“He was incredible,” Michael said. “The work ethic that he instilled in not just the athletes but the students in the school. Everyone loved Coach Wright because he was almost just a symbol of pride within the school, work ethic and just hard work. He was demanding, but he was just cool. He had this swagger about him that everyone sort of gravitated towards.”

(Yours Truly played for Coach Wright when Rick Conner asked him to be his assistant during his first season as head coach at Linganore High School in 2002.)

The Voltaggios worked their very first restaurant jobs at the Holiday Inn at Francis Scott Key Mall in Frederick, Michael as a busboy, Bryan in the kitchen.

“I remember on a Saturday, Bryan and the other sous-chef said, ‘Hey, come dressed as a chef tomorrow and you can work in the kitchen,'” Michael said. “I showed up, but him and the other sous-chef were off! The only other person there was the executive chef, who they had not informed I’d be in the kitchen that day. They set me up for failure!”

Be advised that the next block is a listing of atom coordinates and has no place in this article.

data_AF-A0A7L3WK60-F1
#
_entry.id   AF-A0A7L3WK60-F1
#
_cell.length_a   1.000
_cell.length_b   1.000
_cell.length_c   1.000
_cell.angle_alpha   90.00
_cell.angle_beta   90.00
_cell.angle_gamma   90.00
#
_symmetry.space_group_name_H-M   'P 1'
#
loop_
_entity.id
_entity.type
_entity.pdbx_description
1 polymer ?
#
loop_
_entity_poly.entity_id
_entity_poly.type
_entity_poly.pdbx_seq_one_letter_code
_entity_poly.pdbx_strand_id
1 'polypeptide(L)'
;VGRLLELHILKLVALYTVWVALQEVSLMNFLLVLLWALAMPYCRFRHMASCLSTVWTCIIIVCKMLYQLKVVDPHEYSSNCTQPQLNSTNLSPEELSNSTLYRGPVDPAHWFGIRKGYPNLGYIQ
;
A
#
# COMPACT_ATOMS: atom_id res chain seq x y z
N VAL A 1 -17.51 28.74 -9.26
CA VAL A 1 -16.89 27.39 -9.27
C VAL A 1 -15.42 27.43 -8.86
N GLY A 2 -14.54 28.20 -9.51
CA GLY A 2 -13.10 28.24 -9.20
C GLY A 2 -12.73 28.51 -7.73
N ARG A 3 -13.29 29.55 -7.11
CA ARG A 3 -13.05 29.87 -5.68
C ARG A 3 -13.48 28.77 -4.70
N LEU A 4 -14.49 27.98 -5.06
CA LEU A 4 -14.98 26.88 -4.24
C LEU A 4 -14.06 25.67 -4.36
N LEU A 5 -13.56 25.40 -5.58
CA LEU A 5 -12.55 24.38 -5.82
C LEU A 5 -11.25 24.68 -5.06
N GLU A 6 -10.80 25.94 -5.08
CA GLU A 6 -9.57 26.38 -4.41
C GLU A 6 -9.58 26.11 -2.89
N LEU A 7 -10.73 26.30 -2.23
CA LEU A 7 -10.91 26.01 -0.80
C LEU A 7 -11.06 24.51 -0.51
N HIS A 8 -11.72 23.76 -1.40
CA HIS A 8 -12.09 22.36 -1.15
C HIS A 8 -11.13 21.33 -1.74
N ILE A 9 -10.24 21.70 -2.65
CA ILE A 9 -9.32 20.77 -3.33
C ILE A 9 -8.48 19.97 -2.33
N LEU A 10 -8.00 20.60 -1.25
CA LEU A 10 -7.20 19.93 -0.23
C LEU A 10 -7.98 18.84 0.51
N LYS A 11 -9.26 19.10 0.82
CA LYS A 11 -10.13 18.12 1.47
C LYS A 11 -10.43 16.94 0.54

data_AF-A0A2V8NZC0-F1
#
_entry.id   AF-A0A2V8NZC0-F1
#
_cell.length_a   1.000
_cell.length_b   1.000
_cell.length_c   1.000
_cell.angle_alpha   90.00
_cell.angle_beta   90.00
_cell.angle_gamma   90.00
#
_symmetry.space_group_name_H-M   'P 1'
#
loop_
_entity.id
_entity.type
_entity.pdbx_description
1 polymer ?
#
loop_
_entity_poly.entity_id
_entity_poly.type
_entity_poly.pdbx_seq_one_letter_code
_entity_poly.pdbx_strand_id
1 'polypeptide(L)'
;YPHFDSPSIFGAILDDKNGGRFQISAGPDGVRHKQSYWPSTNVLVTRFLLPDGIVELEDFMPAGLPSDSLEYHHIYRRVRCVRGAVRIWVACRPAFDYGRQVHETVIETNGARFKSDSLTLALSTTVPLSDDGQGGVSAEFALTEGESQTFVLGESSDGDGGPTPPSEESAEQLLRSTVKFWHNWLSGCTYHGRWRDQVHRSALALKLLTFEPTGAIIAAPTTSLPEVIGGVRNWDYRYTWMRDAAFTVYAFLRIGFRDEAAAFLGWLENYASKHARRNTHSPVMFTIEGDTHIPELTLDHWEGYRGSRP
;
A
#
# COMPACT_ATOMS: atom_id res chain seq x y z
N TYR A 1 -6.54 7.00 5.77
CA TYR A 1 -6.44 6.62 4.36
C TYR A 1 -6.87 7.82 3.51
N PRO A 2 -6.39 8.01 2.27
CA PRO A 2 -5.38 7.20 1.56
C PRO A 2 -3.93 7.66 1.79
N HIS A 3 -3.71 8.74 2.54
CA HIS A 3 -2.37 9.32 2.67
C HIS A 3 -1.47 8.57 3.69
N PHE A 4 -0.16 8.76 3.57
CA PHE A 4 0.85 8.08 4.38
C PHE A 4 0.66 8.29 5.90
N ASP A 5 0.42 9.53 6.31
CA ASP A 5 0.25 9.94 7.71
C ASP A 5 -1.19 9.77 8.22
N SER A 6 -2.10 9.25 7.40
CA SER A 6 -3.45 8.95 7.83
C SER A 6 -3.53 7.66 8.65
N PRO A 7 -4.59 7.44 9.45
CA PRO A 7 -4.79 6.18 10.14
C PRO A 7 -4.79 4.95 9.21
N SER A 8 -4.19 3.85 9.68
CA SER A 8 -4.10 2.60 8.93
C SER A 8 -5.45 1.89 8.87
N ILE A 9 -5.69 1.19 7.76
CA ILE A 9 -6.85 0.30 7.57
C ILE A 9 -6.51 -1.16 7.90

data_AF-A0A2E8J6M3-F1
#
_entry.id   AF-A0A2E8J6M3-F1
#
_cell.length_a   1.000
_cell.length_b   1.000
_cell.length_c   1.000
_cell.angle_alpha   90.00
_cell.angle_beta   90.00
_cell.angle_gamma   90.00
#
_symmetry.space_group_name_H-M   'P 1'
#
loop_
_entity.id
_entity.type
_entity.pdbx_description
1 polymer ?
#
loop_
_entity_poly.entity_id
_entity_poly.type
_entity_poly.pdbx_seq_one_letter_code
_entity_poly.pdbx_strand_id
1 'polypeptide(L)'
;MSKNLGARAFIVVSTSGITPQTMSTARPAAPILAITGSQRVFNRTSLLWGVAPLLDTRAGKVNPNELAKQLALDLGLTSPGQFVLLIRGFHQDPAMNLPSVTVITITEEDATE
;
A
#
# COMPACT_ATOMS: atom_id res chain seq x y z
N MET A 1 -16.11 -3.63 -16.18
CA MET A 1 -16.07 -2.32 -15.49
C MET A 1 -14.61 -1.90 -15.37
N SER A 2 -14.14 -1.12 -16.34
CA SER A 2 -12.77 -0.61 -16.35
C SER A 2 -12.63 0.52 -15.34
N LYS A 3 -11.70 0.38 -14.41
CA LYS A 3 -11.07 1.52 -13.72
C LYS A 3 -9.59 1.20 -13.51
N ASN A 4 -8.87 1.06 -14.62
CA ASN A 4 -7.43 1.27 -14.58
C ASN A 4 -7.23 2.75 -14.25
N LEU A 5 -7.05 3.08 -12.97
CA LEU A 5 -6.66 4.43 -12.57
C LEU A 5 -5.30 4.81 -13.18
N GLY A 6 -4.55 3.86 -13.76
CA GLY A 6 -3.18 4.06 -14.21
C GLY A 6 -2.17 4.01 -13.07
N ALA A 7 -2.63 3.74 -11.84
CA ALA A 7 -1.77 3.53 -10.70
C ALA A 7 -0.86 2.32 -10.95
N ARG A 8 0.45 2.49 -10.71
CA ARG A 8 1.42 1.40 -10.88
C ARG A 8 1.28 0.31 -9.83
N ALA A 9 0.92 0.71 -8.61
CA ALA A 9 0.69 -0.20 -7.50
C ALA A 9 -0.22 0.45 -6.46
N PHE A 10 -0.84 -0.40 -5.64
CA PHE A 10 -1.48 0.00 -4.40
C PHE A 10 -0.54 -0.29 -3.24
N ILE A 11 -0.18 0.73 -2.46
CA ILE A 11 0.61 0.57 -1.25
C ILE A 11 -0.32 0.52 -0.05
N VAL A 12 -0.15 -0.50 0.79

They started taking it more seriously as a potential career when Michael got accepted to “a pretty amazing apprenticeship program” at The Greenbrier in White Sulphur Springs, West Virginia, while Bryan went to The Culinary Institute of America in New York City. “That’s where we kind of separated and spent two or so years apart,” Bryan said.

The brothers briefly reunited in New York City, as Bryan worked at Aureole and Michael worked for Larry Forgione at Coach House, before Michael moved to the West Coast.

“We went our separate ways and ended up on different coasts for a while just cooking, creating restaurants and working for amazing people,” Bryan said. “Michael worked for José Andrés and I worked for Charlie Palmer for a long time. After that, we started working together and opening restaurants together. … Then Michael kicked my ass on ‘Top Chef.'”

Indeed, that’s when the Voltaggio Brothers became household names on television, as Michael defeated Bryan in the finals of Season Six of “Top Chef: Las Vegas” in 2009.